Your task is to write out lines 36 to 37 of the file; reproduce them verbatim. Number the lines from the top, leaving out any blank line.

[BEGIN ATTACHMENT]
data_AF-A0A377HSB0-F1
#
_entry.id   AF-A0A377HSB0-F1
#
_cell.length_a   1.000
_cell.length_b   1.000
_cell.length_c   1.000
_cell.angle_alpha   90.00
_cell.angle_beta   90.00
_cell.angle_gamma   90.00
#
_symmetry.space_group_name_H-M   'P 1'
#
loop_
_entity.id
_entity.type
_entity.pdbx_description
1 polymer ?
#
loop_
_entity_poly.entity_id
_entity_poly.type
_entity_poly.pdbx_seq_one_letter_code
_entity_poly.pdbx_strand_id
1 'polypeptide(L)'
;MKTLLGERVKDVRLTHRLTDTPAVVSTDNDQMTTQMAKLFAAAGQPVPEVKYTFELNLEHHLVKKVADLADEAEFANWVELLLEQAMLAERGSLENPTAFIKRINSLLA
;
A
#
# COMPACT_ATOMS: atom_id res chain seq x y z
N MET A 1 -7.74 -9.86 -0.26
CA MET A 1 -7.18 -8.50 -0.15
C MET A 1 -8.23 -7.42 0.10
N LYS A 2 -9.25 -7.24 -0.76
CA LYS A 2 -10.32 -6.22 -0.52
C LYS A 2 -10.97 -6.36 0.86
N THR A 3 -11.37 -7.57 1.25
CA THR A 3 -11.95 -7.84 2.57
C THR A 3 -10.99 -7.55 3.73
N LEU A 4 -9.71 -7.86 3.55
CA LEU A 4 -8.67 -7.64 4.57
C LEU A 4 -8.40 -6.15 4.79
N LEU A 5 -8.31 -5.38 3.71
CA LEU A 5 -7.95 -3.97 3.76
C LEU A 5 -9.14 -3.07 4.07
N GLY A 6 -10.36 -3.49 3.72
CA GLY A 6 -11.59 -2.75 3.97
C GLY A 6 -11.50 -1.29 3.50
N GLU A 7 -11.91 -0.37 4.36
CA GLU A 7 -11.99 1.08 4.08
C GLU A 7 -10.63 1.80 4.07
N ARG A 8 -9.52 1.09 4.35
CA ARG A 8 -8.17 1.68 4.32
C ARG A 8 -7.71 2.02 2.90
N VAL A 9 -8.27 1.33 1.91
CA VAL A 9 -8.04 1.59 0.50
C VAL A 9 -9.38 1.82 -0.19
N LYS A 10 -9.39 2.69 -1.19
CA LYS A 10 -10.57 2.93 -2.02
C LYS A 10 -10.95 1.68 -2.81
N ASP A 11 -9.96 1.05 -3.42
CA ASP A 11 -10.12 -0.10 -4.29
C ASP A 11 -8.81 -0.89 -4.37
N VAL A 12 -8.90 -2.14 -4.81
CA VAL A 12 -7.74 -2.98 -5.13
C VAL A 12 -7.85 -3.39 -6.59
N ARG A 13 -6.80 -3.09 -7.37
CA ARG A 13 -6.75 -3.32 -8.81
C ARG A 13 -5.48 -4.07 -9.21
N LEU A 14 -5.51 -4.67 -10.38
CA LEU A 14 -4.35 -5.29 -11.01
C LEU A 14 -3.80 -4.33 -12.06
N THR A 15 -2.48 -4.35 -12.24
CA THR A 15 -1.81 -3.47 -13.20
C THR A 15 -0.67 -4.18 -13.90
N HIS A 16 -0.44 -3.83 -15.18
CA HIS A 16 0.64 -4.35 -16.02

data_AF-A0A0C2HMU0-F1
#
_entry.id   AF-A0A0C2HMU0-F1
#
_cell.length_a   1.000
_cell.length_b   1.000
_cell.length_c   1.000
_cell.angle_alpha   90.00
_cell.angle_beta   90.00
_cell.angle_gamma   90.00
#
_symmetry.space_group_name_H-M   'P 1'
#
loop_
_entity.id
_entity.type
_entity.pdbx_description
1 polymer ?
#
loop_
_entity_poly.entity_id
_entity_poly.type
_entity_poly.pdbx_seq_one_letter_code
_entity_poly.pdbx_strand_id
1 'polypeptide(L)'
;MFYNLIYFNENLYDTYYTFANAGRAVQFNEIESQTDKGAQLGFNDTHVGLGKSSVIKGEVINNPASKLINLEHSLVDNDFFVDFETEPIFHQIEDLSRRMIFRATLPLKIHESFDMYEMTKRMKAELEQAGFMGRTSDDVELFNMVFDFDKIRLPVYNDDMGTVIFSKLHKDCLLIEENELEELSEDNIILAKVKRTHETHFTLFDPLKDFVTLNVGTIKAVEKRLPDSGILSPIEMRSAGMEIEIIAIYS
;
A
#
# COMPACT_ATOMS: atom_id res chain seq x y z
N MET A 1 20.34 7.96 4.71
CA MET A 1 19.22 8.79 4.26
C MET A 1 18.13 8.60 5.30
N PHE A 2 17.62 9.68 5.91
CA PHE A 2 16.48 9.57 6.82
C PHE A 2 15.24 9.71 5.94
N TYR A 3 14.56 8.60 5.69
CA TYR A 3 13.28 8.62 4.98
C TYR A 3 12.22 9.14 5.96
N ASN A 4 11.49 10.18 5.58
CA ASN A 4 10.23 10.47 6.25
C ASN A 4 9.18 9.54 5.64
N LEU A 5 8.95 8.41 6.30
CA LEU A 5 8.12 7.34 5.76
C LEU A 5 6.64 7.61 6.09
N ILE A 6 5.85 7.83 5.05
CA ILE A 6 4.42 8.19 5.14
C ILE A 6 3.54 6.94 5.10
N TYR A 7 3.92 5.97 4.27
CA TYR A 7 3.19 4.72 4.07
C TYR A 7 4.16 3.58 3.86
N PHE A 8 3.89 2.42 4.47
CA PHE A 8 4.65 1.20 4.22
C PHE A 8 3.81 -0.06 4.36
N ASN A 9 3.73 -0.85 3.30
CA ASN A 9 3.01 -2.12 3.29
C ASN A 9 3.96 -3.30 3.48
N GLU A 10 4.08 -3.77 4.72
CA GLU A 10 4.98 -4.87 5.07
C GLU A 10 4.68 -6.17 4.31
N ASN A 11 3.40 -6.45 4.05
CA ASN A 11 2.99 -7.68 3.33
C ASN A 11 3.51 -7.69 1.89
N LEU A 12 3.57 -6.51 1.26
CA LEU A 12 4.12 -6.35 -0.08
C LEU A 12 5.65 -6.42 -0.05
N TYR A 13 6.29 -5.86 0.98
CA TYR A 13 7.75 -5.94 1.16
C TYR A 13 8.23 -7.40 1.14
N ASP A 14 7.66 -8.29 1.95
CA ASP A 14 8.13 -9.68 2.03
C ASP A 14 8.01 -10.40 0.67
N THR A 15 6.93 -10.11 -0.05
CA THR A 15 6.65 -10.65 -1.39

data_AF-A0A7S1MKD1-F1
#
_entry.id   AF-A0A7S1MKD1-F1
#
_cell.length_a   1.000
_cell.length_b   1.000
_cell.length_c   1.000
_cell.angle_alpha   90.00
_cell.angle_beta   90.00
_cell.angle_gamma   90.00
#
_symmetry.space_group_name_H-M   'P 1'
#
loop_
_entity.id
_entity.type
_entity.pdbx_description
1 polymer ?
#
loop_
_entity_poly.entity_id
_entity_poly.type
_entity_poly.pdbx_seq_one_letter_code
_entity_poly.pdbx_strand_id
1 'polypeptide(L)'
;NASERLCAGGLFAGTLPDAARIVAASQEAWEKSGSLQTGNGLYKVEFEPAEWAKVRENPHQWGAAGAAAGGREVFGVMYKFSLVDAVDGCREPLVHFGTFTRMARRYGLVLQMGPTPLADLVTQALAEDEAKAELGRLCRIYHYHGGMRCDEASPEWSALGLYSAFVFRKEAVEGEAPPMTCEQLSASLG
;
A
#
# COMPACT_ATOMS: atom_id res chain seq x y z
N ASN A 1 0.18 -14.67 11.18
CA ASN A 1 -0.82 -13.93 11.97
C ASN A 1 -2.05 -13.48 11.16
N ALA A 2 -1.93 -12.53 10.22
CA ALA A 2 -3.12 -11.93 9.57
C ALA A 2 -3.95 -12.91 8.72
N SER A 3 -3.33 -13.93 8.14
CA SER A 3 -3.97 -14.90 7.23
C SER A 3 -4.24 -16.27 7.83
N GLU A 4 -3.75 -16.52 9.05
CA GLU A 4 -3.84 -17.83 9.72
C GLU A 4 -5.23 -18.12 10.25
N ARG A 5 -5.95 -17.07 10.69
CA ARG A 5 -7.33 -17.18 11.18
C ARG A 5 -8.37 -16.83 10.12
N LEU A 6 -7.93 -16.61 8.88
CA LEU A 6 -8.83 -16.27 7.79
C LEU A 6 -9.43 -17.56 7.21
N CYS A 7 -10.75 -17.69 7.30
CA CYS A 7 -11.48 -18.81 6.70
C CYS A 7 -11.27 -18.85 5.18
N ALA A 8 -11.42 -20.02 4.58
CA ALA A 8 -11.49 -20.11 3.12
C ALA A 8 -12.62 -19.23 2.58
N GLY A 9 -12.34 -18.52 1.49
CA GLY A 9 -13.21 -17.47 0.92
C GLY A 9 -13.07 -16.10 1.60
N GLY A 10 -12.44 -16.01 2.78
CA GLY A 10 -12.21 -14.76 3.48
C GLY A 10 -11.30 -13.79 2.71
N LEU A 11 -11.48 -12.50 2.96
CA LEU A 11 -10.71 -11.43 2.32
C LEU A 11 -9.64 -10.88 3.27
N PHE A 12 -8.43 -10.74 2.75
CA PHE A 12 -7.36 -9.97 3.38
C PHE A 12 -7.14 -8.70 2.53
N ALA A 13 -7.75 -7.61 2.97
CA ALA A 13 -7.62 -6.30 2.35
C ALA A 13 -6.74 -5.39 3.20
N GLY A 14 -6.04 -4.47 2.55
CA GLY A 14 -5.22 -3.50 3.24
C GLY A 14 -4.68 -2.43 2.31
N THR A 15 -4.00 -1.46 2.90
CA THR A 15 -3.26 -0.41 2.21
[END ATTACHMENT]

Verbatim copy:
C LYS A 2 -10.97 -6.36 0.86
N THR A 3 -11.37 -7.57 1.25